Table 2. Summary of the reinterpretation of the first estimation of global plant productivity by von Liebig (1862)
Atmospheric CO2 amount
 Atmospheric volume*9 307 500meilen3
 Atmospheric CO2 volume*3862.7meilen3
 Atmospheric CO2 concentration*415ppmv
 Atmospheric CO2-C weight (10–25°C)769–8521012 kg C
Meadow productivity
 von Liebig (1862)100centner ha−1 yr−1
 This study, in dry weight5000kg d. wt ha−1 yr−1
Land area (± 3% range)145–155108 ha
Total productivity of land area
 This study, in dry weight72.5–77.51012 kg d. wt yr−1
 (C in dry matter = 50%)36.3–38.81012 kg C yr−1
Atm. CO2 duration for exhaustion
 von Liebig (1862)21–22yr
 This study21.2–23.5 yr

Finally, I reconsidered the definition of plant production. To date, the statement in von Liebig (1862) has been interpreted as follows ‘the entire earth surface is covered by coherent meadow, in which annually 5000 kg CO2 are assimilated’. Thus, global plant productivity of 230–240 × 1012 kg CO2 yr−1 was obtained. Here, I suggest another interpretation: ‘the entire land surface is covered by coherent meadow, in which annually 5000 kg dry matter are produced’. The German word Erde, which is used in the original text, means both terrestrial ground and the planet Earth. Considering the double meaning and the status of geography at that time, it is reasonable to assume that von Liebig applied the meadow analogy to terrestrial surfaces only. In addition, hay production can be interpreted as the production of dry matter (i.e. NPP), based on the reason already mentioned. Table 2 summarizes the reinterpretation of the idea proposed in von Liebig (1862); global terrestrial NPP was calculated as 36.3–38.8 × 1012 kg C yr−1. This value is about 60% of the former interpretation, but is still close to the present estimation among those made before the IBP (Table 1). This value is also lower than the currently plausible value (60 × 1012 kg C yr−1; Prentice, 2001), probably because von Liebig did not take account of below-ground production (H. Lieth, University of Osnabrück, pers. comm.). A recent synthesis by Saugier et al. (2001) suggests that the root fraction represents 13–67% of plant production. Thus, if we assume that the below-ground fraction contains one-third of plant production, the corrected NPP (c. 56 × 1012 kg C yr−1) comes close to the present estimation. This supports the assumption in von Liebig (1862) that the meadow has average productivity. Also, we should note that environmental changes during the last 150 years could have increased plant productivity (Binkley, 2002). Importantly, the reinterpretation explains consistently both the productivity and the CO2 exhaustion time in von Liebig (1862), such that vegetation would consume all atmospheric CO2 in 21.2–23.5 yr (Table 2). Although we cannot come to an unequivocal result, this reinterpretation may help us to understand von Liebig's reasoning.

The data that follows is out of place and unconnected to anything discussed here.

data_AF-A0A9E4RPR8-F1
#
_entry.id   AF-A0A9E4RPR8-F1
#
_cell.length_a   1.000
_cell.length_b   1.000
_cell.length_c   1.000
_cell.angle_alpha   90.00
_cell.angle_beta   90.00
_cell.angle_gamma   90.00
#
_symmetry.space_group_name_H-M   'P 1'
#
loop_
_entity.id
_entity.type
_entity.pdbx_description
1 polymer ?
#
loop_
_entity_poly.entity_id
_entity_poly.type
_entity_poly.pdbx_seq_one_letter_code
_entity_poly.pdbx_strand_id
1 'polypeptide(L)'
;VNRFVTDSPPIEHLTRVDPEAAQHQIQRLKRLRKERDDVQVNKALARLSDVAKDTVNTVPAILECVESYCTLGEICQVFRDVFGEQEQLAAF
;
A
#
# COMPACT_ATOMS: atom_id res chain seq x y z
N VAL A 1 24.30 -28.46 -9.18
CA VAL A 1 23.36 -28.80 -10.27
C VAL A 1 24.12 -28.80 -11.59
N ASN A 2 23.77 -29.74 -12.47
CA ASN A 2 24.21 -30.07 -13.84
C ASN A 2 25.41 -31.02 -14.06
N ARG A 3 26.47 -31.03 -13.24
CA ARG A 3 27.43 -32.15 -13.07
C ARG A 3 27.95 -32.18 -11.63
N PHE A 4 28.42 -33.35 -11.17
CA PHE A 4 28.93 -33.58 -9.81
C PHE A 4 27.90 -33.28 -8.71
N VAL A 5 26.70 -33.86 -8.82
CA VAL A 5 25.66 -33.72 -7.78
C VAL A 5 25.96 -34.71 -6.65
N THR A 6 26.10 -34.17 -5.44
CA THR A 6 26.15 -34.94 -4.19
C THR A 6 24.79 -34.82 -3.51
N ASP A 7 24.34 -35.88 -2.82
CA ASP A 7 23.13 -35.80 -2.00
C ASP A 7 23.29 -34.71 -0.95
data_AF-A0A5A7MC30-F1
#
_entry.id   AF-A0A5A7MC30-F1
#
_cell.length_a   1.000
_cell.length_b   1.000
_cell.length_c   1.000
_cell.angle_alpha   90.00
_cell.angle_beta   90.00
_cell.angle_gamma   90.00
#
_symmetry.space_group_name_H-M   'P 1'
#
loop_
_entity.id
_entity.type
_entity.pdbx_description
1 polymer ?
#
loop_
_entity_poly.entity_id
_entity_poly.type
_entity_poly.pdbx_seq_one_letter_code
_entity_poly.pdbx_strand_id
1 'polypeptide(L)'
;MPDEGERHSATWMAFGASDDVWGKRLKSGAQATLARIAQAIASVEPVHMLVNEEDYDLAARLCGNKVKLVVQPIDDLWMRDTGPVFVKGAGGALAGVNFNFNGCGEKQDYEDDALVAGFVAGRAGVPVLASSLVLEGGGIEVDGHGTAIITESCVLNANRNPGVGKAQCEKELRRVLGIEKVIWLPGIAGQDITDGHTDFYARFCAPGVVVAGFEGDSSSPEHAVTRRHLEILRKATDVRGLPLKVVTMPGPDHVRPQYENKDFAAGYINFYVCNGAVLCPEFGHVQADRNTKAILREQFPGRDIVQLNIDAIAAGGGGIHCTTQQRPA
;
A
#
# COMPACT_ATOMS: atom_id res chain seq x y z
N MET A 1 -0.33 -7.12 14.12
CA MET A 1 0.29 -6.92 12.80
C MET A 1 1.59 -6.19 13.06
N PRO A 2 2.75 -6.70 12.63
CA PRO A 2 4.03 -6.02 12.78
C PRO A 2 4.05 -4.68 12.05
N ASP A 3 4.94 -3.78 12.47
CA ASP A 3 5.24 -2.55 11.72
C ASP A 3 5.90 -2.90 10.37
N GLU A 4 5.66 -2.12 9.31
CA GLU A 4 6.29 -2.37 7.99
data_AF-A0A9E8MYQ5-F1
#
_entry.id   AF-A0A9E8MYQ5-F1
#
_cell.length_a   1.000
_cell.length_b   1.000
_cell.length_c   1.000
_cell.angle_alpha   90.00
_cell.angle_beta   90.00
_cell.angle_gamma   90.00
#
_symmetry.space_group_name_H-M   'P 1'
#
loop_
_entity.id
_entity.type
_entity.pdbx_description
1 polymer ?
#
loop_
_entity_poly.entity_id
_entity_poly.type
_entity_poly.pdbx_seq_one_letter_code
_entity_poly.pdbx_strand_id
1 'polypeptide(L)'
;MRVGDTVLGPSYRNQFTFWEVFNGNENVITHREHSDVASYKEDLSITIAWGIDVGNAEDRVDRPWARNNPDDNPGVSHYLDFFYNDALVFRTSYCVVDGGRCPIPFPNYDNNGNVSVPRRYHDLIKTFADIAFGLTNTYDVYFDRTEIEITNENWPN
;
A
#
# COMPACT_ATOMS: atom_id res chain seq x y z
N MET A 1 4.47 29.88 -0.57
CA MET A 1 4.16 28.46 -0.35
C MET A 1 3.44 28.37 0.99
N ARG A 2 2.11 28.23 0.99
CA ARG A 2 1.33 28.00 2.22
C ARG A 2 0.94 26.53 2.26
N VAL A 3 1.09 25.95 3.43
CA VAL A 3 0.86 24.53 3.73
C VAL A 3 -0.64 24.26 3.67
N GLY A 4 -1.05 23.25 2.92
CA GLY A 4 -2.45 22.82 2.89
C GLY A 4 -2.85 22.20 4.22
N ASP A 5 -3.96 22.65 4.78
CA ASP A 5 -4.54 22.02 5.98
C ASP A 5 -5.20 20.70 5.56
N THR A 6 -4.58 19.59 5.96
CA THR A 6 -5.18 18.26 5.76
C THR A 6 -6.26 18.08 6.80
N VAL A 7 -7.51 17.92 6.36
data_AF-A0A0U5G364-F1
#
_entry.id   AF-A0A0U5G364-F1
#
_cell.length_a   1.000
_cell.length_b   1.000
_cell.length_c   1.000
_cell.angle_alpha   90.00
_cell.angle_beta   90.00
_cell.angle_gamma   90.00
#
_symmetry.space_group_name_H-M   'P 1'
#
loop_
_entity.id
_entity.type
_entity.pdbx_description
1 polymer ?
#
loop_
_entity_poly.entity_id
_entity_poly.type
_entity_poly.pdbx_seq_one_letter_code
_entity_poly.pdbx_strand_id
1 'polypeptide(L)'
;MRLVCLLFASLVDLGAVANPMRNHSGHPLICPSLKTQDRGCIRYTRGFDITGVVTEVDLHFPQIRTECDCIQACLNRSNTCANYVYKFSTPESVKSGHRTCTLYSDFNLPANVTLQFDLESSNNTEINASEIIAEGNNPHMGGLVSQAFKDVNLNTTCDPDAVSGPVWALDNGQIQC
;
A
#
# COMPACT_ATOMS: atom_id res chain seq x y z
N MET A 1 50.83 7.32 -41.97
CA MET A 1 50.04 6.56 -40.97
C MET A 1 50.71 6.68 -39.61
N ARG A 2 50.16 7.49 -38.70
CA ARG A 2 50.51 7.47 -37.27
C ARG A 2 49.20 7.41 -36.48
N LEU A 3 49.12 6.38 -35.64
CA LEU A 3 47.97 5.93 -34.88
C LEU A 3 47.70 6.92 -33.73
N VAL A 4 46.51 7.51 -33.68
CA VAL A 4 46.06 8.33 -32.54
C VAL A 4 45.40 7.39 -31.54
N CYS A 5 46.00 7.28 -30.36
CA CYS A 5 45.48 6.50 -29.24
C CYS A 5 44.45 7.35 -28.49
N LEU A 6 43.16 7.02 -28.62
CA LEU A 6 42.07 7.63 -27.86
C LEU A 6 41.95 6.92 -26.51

Concluding remarks

In this Letter, I have reinterpreted the earliest quantification of global plant productivity made about 140 years ago. This paleographic attempt is not intended to improve the current estimation of global plant productivity, for which large amounts of data and new tools are utilized. Moreover, we now acknowledge that not only NPP but also heterotrophic respiration should be included to evaluate net ecosystem CO2 exchange with the atmosphere. However, von Liebig provided one of the earliest insights into the atmosphere–biosphere interaction, and this is worthy of special note. This attempt is also intended to enhance our historical point of view concerning primary production research (e.g. Lieth, 1975). Hopefully, this Letter provides researchers the opportunity to look back on how global plant productivity has been investigated, and I welcome different opinions, counterarguments and suggestions.